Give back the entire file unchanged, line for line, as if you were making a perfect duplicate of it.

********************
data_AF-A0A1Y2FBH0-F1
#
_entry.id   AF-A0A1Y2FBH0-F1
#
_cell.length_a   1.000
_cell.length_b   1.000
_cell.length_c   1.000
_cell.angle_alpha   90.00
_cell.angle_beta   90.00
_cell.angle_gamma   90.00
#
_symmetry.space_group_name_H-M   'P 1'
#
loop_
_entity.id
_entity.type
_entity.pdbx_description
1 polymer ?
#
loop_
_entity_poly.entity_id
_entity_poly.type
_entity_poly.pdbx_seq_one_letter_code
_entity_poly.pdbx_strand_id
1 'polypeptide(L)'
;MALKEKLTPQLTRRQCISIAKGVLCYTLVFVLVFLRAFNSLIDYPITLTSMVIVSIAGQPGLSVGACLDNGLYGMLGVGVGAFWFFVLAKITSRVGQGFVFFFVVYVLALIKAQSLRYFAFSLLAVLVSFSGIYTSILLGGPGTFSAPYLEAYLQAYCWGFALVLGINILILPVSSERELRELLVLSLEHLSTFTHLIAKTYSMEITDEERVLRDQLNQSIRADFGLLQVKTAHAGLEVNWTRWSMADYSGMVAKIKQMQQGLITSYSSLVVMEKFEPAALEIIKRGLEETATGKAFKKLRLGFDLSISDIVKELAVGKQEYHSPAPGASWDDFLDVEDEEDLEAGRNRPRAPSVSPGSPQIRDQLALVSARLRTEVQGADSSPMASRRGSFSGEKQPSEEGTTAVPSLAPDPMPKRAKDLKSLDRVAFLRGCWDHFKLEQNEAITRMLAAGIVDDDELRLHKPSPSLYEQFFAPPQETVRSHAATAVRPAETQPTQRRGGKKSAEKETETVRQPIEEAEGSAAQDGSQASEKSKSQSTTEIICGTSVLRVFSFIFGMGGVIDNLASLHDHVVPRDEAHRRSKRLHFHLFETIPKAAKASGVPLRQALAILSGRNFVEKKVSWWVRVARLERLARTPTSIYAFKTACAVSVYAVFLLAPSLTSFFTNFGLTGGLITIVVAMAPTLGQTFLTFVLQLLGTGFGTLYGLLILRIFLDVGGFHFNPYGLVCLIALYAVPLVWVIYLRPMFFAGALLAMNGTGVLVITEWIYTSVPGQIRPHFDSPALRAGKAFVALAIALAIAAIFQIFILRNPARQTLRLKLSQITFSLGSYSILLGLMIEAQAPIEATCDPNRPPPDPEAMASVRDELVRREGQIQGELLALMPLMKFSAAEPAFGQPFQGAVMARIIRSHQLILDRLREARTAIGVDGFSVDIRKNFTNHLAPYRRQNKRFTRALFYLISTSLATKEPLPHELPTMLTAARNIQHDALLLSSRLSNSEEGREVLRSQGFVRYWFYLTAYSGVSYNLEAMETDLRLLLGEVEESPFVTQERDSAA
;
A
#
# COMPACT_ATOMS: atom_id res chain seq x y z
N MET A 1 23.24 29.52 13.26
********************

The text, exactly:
data_AF-A0A1Y2FBH0-F1
#
_entry.id   AF-A0A1Y2FBH0-F1
#
_cell.length_a   1.000
_cell.length_b   1.000
_cell.length_c   1.000
_cell.angle_alpha   90.00
_cell.angle_beta   90.00
_cell.angle_gamma   90.00
#
_symmetry.space_group_name_H-M   'P 1'
#
loop_
_entity.id
_entity.type
_entity.pdbx_description
1 polymer ?
#
loop_
_entity_poly.entity_id
_entity_poly.type
_entity_poly.pdbx_seq_one_letter_code
_entity_poly.pdbx_strand_id
1 'polypeptide(L)'
;MALKEKLTPQLTRRQCISIAKGVLCYTLVFVLVFLRAFNSLIDYPITLTSMVIVSIAGQPGLSVGACLDNGLYGMLGVGVGAFWFFVLAKITSRVGQGFVFFFVVYVLALIKAQSLRYFAFSLLAVLVSFSGIYTSILLGGPGTFSAPYLEAYLQAYCWGFALVLGINILILPVSSERELRELLVLSLEHLSTFTHLIAKTYSMEITDEERVLRDQLNQSIRADFGLLQVKTAHAGLEVNWTRWSMADYSGMVAKIKQMQQGLITSYSSLVVMEKFEPAALEIIKRGLEETATGKAFKKLRLGFDLSISDIVKELAVGKQEYHSPAPGASWDDFLDVEDEEDLEAGRNRPRAPSVSPGSPQIRDQLALVSARLRTEVQGADSSPMASRRGSFSGEKQPSEEGTTAVPSLAPDPMPKRAKDLKSLDRVAFLRGCWDHFKLEQNEAITRMLAAGIVDDDELRLHKPSPSLYEQFFAPPQETVRSHAATAVRPAETQPTQRRGGKKSAEKETETVRQPIEEAEGSAAQDGSQASEKSKSQSTTEIICGTSVLRVFSFIFGMGGVIDNLASLHDHVVPRDEAHRRSKRLHFHLFETIPKAAKASGVPLRQALAILSGRNFVEKKVSWWVRVARLERLARTPTSIYAFKTACAVSVYAVFLLAPSLTSFFTNFGLTGGLITIVVAMAPTLGQTFLTFVLQLLGTGFGTLYGLLILRIFLDVGGFHFNPYGLVCLIALYAVPLVWVIYLRPMFFAGALLAMNGTGVLVITEWIYTSVPGQIRPHFDSPALRAGKAFVALAIALAIAAIFQIFILRNPARQTLRLKLSQITFSLGSYSILLGLMIEAQAPIEATCDPNRPPPDPEAMASVRDELVRREGQIQGELLALMPLMKFSAAEPAFGQPFQGAVMARIIRSHQLILDRLREARTAIGVDGFSVDIRKNFTNHLAPYRRQNKRFTRALFYLISTSLATKEPLPHELPTMLTAARNIQHDALLLSSRLSNSEEGREVLRSQGFVRYWFYLTAYSGVSYNLEAMETDLRLLLGEVEESPFVTQERDSAA
;
A
#
# COMPACT_ATOMS: atom_id res chain seq x y z
N MET A 1 23.24 29.52 13.26